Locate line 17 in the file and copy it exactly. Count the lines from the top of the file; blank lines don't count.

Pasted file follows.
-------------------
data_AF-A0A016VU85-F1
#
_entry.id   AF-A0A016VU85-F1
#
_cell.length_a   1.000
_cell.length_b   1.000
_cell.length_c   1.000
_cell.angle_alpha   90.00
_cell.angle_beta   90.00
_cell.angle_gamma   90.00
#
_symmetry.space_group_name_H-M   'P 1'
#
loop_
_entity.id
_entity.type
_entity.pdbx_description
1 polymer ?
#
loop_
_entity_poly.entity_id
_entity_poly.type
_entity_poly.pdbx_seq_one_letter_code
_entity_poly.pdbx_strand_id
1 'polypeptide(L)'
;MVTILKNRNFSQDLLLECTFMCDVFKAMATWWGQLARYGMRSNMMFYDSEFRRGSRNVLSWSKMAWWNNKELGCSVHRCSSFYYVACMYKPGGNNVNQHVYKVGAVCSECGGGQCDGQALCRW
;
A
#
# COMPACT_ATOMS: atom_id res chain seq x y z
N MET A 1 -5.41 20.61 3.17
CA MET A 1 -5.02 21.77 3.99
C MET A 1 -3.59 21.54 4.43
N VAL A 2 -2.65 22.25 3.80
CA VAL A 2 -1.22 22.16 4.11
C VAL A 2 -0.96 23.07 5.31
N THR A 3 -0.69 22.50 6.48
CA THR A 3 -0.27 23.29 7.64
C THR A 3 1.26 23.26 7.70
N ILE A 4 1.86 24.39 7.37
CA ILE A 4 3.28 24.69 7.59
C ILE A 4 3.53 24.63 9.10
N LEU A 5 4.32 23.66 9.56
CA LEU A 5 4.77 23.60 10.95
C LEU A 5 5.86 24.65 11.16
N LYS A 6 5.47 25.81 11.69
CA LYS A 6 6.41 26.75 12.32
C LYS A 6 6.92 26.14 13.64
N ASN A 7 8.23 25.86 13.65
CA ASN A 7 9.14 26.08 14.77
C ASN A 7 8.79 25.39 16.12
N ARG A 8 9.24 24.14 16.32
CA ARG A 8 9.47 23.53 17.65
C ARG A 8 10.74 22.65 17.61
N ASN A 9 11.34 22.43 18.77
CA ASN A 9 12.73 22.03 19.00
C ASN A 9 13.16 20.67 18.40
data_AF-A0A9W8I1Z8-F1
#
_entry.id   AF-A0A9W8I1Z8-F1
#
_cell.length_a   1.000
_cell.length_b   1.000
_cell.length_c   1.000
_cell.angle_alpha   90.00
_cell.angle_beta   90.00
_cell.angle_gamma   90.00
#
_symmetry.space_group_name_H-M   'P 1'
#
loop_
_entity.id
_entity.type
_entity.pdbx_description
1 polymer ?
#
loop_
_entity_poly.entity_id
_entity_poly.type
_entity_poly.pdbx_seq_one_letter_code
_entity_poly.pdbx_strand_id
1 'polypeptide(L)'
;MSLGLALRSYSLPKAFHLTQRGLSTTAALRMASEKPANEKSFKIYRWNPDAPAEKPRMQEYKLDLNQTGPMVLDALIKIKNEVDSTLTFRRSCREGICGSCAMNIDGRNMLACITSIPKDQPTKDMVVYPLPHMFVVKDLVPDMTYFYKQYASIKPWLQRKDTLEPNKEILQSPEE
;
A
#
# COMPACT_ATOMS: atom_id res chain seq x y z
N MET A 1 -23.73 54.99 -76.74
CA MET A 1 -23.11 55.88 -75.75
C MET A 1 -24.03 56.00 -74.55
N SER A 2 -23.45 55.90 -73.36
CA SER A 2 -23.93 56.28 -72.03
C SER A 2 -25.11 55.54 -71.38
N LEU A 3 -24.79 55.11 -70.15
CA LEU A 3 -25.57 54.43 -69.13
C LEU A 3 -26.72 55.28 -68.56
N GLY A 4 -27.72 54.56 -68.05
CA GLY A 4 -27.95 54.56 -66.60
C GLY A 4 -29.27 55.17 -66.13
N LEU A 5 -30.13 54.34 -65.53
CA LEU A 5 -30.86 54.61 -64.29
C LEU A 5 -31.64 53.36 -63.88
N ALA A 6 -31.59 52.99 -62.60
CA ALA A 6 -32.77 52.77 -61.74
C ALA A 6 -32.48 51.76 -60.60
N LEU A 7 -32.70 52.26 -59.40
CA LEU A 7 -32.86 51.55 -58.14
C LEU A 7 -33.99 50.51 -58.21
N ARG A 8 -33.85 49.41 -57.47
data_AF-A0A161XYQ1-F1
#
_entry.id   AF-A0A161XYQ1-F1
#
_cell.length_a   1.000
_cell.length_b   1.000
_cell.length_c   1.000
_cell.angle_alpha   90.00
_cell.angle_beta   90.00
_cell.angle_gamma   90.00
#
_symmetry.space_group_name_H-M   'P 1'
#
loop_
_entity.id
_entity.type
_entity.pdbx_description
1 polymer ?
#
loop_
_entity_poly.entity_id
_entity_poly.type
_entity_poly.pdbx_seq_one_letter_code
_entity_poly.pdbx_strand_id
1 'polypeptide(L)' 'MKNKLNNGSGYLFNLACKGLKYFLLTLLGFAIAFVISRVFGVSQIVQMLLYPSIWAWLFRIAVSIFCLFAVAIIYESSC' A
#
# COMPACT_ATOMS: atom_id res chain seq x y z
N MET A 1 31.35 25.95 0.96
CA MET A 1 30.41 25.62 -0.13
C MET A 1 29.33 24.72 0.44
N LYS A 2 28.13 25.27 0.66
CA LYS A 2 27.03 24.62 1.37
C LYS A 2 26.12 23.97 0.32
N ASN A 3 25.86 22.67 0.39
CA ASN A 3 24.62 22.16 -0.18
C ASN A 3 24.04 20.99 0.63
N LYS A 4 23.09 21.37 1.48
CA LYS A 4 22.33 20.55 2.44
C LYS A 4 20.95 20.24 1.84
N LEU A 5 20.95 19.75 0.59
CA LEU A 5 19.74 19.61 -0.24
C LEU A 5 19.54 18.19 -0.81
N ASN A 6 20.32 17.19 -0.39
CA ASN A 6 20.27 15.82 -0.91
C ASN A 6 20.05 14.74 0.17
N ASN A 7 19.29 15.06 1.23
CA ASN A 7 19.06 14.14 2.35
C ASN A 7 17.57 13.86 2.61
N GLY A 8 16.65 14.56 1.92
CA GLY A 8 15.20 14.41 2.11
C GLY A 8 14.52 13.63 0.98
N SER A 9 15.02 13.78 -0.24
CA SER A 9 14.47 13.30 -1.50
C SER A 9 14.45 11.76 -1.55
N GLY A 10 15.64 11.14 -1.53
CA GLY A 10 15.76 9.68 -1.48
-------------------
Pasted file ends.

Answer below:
_entity.pdbx_description